Your photos, your friends, your stuff…
According to Google, its service has been made even better “by including photos, posts, and more from you and your friends”. The changes are supposed to bring a personal touch to search – Google claims that results are now more relevant and personal to the searcher because they include content such as pictures, posts and videos from the user’s friends, family and colleagues.
Sounds pretty good, right?
Here comes the “but…”
It massively favours content from its own Google+ networking site. Critics of the changes (and there are lots of them) are pretty livid that the search engine now automatically promotes content from Google+ higher up in the search listings than Twitter, Facebook et al. Understandably, other social networking sites have been voicing their disappointment with Google – Alex McGillivary of Twitter announced that it was “a bad day for the Internet”.
Google claims that the changes only affect search when the user is signed in to an account on Google. However, there are reports that this is not the case, with Google+ content getting priority over other, more relevant content even in an incognito window (when there is no previous search history to influence results). Danny Sullivand of SearchEngineLand.com makes the case clear with his example of how an incognito search returns a “People and Pages on Google+” section, where “some of Google’s prime ad real estate is displayed, suggesting that searchers consider following Britney Spears, Snoop Dogg and Mariah Carey on Google Plus.”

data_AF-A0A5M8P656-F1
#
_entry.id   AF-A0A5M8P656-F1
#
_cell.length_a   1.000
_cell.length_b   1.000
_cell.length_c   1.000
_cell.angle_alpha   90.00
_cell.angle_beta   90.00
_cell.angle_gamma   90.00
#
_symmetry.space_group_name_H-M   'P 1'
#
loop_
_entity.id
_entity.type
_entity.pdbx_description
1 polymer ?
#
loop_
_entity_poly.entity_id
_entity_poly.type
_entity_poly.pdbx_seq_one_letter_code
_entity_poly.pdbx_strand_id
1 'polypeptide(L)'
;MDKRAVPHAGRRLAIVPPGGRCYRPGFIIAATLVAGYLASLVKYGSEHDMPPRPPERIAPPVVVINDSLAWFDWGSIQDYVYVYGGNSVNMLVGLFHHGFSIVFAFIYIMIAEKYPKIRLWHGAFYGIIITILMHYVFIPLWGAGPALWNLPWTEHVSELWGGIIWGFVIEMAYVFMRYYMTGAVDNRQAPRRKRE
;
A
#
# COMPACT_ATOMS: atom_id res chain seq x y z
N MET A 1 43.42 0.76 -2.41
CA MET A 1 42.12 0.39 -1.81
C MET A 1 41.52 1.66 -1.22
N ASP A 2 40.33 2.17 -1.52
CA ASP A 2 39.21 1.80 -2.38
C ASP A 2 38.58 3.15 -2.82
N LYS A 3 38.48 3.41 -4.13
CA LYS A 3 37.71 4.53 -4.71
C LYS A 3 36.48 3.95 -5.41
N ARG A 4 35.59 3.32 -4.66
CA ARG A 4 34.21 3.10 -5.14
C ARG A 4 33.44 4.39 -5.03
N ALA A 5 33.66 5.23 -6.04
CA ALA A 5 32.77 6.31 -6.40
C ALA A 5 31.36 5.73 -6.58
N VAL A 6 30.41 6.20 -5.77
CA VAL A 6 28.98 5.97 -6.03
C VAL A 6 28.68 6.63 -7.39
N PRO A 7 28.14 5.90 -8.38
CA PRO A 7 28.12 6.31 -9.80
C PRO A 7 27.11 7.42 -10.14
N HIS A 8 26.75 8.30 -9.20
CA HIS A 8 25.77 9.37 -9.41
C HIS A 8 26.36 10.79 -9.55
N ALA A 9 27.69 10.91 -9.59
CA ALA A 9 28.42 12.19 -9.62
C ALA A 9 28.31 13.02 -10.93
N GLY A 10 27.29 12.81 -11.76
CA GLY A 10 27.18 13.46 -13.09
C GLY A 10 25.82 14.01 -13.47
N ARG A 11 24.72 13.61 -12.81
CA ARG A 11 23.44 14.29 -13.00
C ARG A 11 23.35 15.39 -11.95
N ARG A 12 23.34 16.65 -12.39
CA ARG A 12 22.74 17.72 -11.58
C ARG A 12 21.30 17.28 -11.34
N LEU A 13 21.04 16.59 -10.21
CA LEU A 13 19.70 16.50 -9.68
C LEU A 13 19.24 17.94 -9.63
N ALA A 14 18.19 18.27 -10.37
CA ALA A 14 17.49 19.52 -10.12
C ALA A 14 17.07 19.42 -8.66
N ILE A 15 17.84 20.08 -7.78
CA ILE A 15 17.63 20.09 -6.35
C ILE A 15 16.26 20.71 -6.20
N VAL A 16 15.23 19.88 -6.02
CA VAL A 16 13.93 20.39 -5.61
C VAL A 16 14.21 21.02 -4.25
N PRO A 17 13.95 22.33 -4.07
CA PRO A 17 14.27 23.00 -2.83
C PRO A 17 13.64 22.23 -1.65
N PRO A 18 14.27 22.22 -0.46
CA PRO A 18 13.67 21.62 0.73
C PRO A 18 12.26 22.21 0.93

‘Don’t be Evil’
One of the main reasons why Google is coming under fire for these changes is that they go against everything that the company claims to stand for – specifically, its unofficial corporate value: “don’t be evil”. Google claims that this ethic is a centre pillar of its identity, underlining the company’s commitment to acting in the interest of its users.
In 2004 the founders of Google spoke out about Google’s commitment to impartiality, stating that “Our search results are the best we know how to produce. They are unbiased and objective”.
*Breaking News* we’ve just learned that engineers behind Facebook, Twitter and Myspace have collaborated on a new browser extension designed to bypass Google’s algorithm. To read about the tool, go here. To try it yourself, go here.
What do you think? Here at Zeta the jury is still out on how this will affect search – use the comment section to share your views and we might just feature you in a forthcoming blog post!